This is the first time we’ve seen a car plug plugged into a primary care physician’s phone, according to a study published by the National Institute of Health.

Researchers at the University of Wisconsin-Madison analyzed data from over 40,000 phone calls.

The results showed that physicians were less likely to be plugged into the phones of primary care physicians than to be in the same room with a primary health care provider.

The researchers found that a primary medical provider was less likely than the general population to have plugged a phone into his or her phone.

The study also found that physicians in the lower cost plans were less frequently plugged into phones of patients, and that the patients’ phones were less connected to their phones’ primary care providers.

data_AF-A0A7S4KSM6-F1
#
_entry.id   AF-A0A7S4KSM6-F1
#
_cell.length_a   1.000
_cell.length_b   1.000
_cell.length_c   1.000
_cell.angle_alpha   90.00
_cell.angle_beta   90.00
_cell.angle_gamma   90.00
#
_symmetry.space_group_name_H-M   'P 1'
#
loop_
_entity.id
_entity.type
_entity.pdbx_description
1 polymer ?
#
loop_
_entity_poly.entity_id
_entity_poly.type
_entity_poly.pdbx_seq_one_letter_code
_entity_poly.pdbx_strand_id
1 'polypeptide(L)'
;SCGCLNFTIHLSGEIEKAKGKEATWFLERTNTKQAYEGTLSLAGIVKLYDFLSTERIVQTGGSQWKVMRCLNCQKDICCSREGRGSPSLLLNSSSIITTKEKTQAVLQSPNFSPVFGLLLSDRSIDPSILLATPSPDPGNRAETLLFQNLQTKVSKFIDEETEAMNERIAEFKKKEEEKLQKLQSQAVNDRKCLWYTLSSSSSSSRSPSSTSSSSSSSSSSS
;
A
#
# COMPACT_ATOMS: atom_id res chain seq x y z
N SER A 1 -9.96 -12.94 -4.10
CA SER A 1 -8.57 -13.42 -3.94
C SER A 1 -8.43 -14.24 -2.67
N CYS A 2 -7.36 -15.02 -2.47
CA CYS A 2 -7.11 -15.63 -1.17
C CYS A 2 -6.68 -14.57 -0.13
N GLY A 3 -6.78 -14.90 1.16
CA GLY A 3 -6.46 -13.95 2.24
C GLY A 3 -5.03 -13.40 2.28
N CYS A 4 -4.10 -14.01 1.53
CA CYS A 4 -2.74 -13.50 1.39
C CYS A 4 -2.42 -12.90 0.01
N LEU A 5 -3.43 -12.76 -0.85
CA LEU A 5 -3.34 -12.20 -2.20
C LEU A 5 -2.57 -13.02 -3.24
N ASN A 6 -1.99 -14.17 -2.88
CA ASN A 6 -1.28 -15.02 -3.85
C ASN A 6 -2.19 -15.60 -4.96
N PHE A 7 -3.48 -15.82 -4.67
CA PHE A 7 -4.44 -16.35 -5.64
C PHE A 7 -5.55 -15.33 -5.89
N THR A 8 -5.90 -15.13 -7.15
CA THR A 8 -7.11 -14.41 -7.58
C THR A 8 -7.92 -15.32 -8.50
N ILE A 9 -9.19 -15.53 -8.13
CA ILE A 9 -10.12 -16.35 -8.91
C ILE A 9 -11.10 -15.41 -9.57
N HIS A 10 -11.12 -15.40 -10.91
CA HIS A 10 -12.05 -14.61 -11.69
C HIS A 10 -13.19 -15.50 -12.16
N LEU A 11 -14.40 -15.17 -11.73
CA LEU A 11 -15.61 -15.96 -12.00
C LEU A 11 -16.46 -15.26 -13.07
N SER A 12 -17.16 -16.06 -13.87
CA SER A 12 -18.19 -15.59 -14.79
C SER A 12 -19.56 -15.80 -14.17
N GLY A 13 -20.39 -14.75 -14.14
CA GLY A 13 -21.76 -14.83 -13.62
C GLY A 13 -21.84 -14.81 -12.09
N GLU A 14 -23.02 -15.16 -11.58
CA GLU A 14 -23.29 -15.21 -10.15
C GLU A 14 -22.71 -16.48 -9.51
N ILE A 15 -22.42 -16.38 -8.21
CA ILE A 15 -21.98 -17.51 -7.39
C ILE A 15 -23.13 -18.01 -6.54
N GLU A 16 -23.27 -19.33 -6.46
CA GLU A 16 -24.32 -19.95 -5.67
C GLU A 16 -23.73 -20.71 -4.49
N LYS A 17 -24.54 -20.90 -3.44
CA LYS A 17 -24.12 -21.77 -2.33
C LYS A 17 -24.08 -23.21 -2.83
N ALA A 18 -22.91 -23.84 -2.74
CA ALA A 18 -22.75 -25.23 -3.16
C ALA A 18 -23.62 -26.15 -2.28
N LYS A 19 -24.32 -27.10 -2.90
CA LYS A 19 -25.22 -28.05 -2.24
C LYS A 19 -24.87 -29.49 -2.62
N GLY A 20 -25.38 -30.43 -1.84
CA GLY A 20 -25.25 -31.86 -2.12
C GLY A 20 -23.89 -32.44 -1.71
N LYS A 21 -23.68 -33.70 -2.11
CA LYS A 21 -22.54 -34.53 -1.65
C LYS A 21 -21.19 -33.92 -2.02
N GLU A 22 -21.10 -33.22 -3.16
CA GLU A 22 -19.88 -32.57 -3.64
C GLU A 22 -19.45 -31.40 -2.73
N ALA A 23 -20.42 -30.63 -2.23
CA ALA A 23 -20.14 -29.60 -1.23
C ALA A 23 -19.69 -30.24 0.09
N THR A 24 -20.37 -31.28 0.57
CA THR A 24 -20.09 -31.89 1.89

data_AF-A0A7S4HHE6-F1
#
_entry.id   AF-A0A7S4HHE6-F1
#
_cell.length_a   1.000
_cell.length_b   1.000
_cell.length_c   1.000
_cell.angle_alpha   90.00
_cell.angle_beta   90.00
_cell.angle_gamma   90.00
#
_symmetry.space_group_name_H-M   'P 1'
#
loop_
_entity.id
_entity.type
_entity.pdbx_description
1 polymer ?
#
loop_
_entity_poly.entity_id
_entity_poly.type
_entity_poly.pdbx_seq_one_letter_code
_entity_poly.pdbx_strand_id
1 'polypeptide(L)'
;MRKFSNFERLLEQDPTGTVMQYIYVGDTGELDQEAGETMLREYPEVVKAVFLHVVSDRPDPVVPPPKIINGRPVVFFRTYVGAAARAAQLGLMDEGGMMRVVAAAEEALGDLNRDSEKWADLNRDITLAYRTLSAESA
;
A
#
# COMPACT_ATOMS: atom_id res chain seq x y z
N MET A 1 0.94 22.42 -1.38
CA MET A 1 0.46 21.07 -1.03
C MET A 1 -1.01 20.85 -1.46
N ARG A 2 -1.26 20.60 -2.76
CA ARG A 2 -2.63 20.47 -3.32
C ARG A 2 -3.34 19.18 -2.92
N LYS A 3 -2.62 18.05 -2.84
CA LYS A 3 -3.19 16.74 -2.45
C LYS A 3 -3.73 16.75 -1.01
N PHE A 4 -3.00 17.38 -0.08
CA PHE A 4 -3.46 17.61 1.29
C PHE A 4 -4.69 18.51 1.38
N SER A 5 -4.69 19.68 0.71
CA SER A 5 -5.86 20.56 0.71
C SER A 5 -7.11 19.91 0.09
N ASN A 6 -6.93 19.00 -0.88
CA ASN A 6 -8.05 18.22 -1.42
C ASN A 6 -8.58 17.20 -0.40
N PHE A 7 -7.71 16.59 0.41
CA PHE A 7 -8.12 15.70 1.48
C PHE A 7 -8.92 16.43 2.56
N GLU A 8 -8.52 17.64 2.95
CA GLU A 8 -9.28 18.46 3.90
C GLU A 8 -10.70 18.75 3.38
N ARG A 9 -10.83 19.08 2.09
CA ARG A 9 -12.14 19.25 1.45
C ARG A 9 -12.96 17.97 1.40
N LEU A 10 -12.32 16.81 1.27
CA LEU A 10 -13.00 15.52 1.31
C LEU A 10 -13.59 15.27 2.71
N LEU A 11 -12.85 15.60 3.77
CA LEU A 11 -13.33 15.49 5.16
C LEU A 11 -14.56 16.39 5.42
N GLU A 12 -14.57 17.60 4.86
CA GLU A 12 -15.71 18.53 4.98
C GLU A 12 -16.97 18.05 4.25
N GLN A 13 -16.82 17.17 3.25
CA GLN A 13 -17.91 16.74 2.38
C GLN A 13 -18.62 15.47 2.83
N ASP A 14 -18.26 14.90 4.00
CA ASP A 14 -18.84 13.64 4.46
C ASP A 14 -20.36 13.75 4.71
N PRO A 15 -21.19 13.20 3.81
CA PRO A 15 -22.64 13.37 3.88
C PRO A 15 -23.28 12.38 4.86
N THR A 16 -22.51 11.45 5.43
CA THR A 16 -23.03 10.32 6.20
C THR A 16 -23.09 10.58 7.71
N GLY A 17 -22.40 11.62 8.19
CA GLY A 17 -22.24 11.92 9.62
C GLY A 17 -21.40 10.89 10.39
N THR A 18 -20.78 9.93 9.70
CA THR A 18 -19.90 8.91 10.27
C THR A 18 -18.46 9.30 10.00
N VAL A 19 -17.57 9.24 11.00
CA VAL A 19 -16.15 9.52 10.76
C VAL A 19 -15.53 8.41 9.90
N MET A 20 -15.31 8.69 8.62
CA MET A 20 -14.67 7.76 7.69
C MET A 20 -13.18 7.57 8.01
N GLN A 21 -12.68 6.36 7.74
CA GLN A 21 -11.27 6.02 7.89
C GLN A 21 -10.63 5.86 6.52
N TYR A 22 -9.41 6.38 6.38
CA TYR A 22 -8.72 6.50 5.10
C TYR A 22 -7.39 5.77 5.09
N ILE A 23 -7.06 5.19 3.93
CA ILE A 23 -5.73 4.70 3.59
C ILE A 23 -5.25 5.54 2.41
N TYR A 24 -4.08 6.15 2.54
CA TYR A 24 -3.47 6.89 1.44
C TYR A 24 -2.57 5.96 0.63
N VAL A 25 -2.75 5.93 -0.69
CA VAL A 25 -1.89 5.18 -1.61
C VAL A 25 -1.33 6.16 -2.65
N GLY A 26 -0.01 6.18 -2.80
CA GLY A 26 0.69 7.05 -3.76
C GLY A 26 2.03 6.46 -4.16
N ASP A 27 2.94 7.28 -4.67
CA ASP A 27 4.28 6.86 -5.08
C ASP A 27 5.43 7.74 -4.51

The findings suggest that physicians who use phones as primary care devices may be less connected with their primary care patients, according the researchers.

The National Institutes of Health and the National Health Service Agency are funding the study.

The study was published in the journal PLoS ONE.

The researchers also found no differences in rates of smartphone use between the primary care and the lower-cost plans.

The primary care plans, on average, had a larger percentage of patients who used smartphones.

The lower-care plans had more of the same patients who did not use smartphones.

The authors say that this may indicate that primary care practitioners are less likely for the phone to be connected to a primary healthcare provider.

They also note that phone usage by physicians may be linked to increased access to physicians’ offices. 

Researchers hope to learn more about this phenomenon.